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September 14 to December 1 | Leslie and Johanna Garfield Gallery
September 14 through December 1, 2013
Since the fourteenth century, women in the Mithila region of Bihar, India, have practiced a distinctive traditional form of domestic wall painting. In the 1960s, some women began to make these paintings on paper to sell for income. Since then, women have started including images from contemporary life while staying committed to the traditional esthetics and expressive power. This exhibition of more than forty paintings documents the vitality and evolution of Mithila painting since 1970.
Sept. 19, 7 p.m.: Mithila Painters: Five Village Artists from Madhubani, India (1983, 40 min.). Following the film screening, Joseph Elder, UW–Madison Professor of Languages and Cultures of South Asia and Sociology, and executive producer and narrator of the film, will lead a discussion and talk about the lives of the profiled artists. Offered in conjunction with the exhibition Mithila Painting: The Evolution of an Art Form. Auditorium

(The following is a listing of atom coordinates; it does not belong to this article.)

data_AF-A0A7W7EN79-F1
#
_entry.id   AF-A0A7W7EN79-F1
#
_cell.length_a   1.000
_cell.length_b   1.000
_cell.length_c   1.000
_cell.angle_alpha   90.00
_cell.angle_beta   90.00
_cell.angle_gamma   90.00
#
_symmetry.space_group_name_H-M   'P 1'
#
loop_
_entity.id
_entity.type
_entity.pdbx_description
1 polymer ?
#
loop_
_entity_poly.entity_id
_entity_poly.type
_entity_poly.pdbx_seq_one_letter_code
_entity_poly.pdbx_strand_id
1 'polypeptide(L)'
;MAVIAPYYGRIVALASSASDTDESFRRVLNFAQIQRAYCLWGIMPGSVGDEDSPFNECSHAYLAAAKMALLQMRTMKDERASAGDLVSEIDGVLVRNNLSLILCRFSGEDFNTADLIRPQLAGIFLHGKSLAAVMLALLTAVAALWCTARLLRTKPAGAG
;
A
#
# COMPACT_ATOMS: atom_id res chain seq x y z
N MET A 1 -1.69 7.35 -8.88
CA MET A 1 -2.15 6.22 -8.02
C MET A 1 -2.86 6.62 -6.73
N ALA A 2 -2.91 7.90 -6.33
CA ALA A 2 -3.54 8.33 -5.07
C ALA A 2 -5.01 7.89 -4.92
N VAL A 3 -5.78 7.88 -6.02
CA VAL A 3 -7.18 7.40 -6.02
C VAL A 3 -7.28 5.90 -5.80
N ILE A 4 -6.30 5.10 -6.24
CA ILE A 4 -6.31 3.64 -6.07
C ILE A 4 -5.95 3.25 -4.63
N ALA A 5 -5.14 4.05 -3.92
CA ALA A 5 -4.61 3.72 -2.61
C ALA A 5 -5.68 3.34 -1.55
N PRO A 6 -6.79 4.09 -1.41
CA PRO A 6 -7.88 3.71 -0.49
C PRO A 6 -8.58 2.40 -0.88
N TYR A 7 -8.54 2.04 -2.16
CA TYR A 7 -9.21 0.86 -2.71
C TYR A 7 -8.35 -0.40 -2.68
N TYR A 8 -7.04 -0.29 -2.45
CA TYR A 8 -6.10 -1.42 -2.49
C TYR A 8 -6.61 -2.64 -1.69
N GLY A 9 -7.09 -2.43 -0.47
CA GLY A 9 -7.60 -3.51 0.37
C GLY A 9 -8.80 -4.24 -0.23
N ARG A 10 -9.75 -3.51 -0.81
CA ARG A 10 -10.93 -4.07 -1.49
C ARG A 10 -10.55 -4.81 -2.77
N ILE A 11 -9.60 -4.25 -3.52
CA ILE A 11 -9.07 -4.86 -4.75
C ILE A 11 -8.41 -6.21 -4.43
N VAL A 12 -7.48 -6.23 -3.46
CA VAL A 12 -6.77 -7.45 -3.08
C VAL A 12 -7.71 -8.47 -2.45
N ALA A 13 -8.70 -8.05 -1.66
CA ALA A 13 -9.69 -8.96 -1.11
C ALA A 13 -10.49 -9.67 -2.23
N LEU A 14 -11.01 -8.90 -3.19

Oct. 17: Exhibition reception and lecture
Oct. 18, 12:15 p.m.: Docent Judith Mjaanes leads a 40-minute tour of Mithila Painting: The Evolution of an Art Form
Oct. 19, 12:15 p.m.: Docent Judith Mjaanes leads a 40-minute tour of Mithila Painting: The Evolution of an Art Form
Oct. 20, 2 p.m.: Docent Suzanne Chopra leads a 40-minute tour of Mithila Painting: The Evolution of an Art Form
The exhibition was organized by the Ethnic Arts Foundation and curated by David Szanton, President, Ethnic Arts Foundation and Patter Hellstrom, Artist/Curator, PHVA.
Generous support for this exhibition has been provided by the Chazen Museum of Art Council and the Wisconsin Arts Board with funds from the State of Wisconsin and the National Endowment for the Arts.
Above: Dulari Devi (Ranti, India), The Great Flood of 2006, acrylic paint on paper, 26 x 34 in.